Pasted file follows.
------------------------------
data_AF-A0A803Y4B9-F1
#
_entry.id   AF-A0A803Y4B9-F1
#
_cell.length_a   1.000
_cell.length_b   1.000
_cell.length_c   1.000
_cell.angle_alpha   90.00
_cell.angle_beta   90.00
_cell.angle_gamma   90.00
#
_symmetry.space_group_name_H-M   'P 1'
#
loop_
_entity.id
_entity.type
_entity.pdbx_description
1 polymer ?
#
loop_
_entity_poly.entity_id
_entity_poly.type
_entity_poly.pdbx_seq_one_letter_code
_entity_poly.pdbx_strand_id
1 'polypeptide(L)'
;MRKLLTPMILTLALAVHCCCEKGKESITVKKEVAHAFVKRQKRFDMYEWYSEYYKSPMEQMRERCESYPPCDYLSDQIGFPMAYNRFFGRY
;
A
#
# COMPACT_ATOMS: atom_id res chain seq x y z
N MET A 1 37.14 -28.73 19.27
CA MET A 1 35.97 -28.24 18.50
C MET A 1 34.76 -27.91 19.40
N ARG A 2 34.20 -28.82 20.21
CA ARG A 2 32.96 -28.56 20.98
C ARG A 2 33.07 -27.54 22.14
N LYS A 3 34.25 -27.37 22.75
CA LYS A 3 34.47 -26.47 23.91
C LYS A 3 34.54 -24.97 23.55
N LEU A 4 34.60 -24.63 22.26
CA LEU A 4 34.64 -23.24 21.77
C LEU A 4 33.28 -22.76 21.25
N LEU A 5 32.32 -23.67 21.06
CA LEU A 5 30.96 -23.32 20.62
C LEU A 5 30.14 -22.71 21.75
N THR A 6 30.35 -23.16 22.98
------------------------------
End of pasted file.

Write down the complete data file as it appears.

data_AF-A0A803Y4B9-F1
#
_entry.id   AF-A0A803Y4B9-F1
#
_cell.length_a   1.000
_cell.length_b   1.000
_cell.length_c   1.000
_cell.angle_alpha   90.00
_cell.angle_beta   90.00
_cell.angle_gamma   90.00
#
_symmetry.space_group_name_H-M   'P 1'
#
loop_
_entity.id
_entity.type
_entity.pdbx_description
1 polymer ?
#
loop_
_entity_poly.entity_id
_entity_poly.type
_entity_poly.pdbx_seq_one_letter_code
_entity_poly.pdbx_strand_id
1 'polypeptide(L)'
;MRKLLTPMILTLALAVHCCCEKGKESITVKKEVAHAFVKRQKRFDMYEWYSEYYKSPMEQMRERCESYPPCDYLSDQIGFPMAYNRFFGRY
;
A
#
# COMPACT_ATOMS: atom_id res chain seq x y z
N MET A 1 37.14 -28.73 19.27
CA MET A 1 35.97 -28.24 18.50
C MET A 1 34.76 -27.91 19.40
N ARG A 2 34.20 -28.82 20.21
CA ARG A 2 32.96 -28.56 20.98
C ARG A 2 33.07 -27.54 22.14
N LYS A 3 34.25 -27.37 22.75
CA LYS A 3 34.47 -26.47 23.91
C LYS A 3 34.54 -24.97 23.55
N LEU A 4 34.60 -24.63 22.26
CA LEU A 4 34.64 -23.24 21.77
C LEU A 4 33.28 -22.76 21.25
N LEU A 5 32.32 -23.67 21.06
CA LEU A 5 30.96 -23.32 20.62
C LEU A 5 30.14 -22.71 21.75
N THR A 6 30.35 -23.16 22.98